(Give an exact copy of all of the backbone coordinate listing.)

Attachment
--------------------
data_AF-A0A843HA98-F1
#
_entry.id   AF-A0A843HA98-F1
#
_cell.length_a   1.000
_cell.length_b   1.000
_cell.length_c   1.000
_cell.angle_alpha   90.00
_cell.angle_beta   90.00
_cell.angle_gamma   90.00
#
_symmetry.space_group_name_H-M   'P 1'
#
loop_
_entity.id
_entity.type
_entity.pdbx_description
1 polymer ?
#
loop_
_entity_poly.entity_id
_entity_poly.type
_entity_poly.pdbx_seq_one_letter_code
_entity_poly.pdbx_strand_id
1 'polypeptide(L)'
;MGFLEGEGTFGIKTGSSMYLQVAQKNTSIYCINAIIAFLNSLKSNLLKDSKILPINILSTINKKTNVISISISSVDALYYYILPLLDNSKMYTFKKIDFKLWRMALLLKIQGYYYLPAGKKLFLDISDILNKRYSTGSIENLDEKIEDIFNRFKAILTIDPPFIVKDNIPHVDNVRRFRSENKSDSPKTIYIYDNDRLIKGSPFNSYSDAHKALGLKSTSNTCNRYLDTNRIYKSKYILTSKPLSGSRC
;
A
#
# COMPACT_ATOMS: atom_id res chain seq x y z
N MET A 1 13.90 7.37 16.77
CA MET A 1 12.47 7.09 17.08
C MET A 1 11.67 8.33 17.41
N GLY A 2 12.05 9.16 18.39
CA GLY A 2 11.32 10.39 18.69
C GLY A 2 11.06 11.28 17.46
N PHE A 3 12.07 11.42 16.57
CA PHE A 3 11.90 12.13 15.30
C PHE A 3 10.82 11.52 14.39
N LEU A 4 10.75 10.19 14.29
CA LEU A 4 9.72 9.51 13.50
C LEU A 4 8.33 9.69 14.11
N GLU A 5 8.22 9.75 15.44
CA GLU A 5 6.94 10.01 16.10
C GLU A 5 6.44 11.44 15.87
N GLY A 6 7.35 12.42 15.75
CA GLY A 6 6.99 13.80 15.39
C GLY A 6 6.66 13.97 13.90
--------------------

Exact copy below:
data_AF-A0A843HA98-F1
#
_entry.id   AF-A0A843HA98-F1
#
_cell.length_a   1.000
_cell.length_b   1.000
_cell.length_c   1.000
_cell.angle_alpha   90.00
_cell.angle_beta   90.00
_cell.angle_gamma   90.00
#
_symmetry.space_group_name_H-M   'P 1'
#
loop_
_entity.id
_entity.type
_entity.pdbx_description
1 polymer ?
#
loop_
_entity_poly.entity_id
_entity_poly.type
_entity_poly.pdbx_seq_one_letter_code
_entity_poly.pdbx_strand_id
1 'polypeptide(L)'
;MGFLEGEGTFGIKTGSSMYLQVAQKNTSIYCINAIIAFLNSLKSNLLKDSKILPINILSTINKKTNVISISISSVDALYYYILPLLDNSKMYTFKKIDFKLWRMALLLKIQGYYYLPAGKKLFLDISDILNKRYSTGSIENLDEKIEDIFNRFKAILTIDPPFIVKDNIPHVDNVRRFRSENKSDSPKTIYIYDNDRLIKGSPFNSYSDAHKALGLKSTSNTCNRYLDTNRIYKSKYILTSKPLSGSRC
;
A
#
# COMPACT_ATOMS: atom_id res chain seq x y z
N MET A 1 13.90 7.37 16.77
CA MET A 1 12.47 7.09 17.08
C MET A 1 11.67 8.33 17.41
N GLY A 2 12.05 9.16 18.39
CA GLY A 2 11.32 10.39 18.69
C GLY A 2 11.06 11.28 17.46
N PHE A 3 12.07 11.42 16.57
CA PHE A 3 11.90 12.13 15.30
C PHE A 3 10.82 11.52 14.39
N LEU A 4 10.75 10.19 14.29
CA LEU A 4 9.72 9.51 13.50
C LEU A 4 8.33 9.69 14.11
N GLU A 5 8.22 9.75 15.44
CA GLU A 5 6.94 10.01 16.10
C GLU A 5 6.44 11.44 15.87
N GLY A 6 7.35 12.42 15.75
CA GLY A 6 6.99 13.80 15.39
C GLY A 6 6.66 13.97 13.90